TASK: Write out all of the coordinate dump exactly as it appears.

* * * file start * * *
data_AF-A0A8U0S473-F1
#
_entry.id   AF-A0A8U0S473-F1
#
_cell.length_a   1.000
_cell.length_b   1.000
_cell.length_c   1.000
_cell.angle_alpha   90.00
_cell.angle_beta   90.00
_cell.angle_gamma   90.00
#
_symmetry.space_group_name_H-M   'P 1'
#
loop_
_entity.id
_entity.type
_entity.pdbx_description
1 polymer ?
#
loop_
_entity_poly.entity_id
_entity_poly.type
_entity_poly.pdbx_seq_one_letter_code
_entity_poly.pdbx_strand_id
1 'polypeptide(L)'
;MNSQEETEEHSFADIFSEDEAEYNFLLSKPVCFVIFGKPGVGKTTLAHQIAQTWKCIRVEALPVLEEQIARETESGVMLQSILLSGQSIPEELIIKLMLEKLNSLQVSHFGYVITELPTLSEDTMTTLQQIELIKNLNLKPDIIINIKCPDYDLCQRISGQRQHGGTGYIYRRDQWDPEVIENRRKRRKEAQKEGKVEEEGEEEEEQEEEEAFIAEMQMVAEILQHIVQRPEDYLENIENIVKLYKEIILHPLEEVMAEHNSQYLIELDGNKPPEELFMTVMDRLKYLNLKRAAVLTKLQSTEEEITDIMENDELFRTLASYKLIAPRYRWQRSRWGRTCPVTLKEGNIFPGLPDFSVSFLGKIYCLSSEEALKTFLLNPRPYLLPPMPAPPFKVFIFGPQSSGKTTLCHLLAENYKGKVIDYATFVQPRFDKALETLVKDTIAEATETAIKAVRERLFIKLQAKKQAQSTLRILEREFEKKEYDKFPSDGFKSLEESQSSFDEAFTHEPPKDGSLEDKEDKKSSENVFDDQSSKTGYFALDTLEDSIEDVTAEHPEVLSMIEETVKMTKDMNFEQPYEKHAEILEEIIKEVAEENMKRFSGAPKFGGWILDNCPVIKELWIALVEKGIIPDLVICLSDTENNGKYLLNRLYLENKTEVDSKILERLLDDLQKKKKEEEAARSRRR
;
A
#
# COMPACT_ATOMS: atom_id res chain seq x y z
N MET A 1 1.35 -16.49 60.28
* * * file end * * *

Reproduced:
data_AF-A0A8U0S473-F1
#
_entry.id   AF-A0A8U0S473-F1
#
_cell.length_a   1.000
_cell.length_b   1.000
_cell.length_c   1.000
_cell.angle_alpha   90.00
_cell.angle_beta   90.00
_cell.angle_gamma   90.00
#
_symmetry.space_group_name_H-M   'P 1'
#
loop_
_entity.id
_entity.type
_entity.pdbx_description
1 polymer ?
#
loop_
_entity_poly.entity_id
_entity_poly.type
_entity_poly.pdbx_seq_one_letter_code
_entity_poly.pdbx_strand_id
1 'polypeptide(L)'
;MNSQEETEEHSFADIFSEDEAEYNFLLSKPVCFVIFGKPGVGKTTLAHQIAQTWKCIRVEALPVLEEQIARETESGVMLQSILLSGQSIPEELIIKLMLEKLNSLQVSHFGYVITELPTLSEDTMTTLQQIELIKNLNLKPDIIINIKCPDYDLCQRISGQRQHGGTGYIYRRDQWDPEVIENRRKRRKEAQKEGKVEEEGEEEEEQEEEEAFIAEMQMVAEILQHIVQRPEDYLENIENIVKLYKEIILHPLEEVMAEHNSQYLIELDGNKPPEELFMTVMDRLKYLNLKRAAVLTKLQSTEEEITDIMENDELFRTLASYKLIAPRYRWQRSRWGRTCPVTLKEGNIFPGLPDFSVSFLGKIYCLSSEEALKTFLLNPRPYLLPPMPAPPFKVFIFGPQSSGKTTLCHLLAENYKGKVIDYATFVQPRFDKALETLVKDTIAEATETAIKAVRERLFIKLQAKKQAQSTLRILEREFEKKEYDKFPSDGFKSLEESQSSFDEAFTHEPPKDGSLEDKEDKKSSENVFDDQSSKTGYFALDTLEDSIEDVTAEHPEVLSMIEETVKMTKDMNFEQPYEKHAEILEEIIKEVAEENMKRFSGAPKFGGWILDNCPVIKELWIALVEKGIIPDLVICLSDTENNGKYLLNRLYLENKTEVDSKILERLLDDLQKKKKEEEAARSRRR
;
A
#
# COMPACT_ATOMS: atom_id res chain seq x y z
N MET A 1 1.35 -16.49 60.28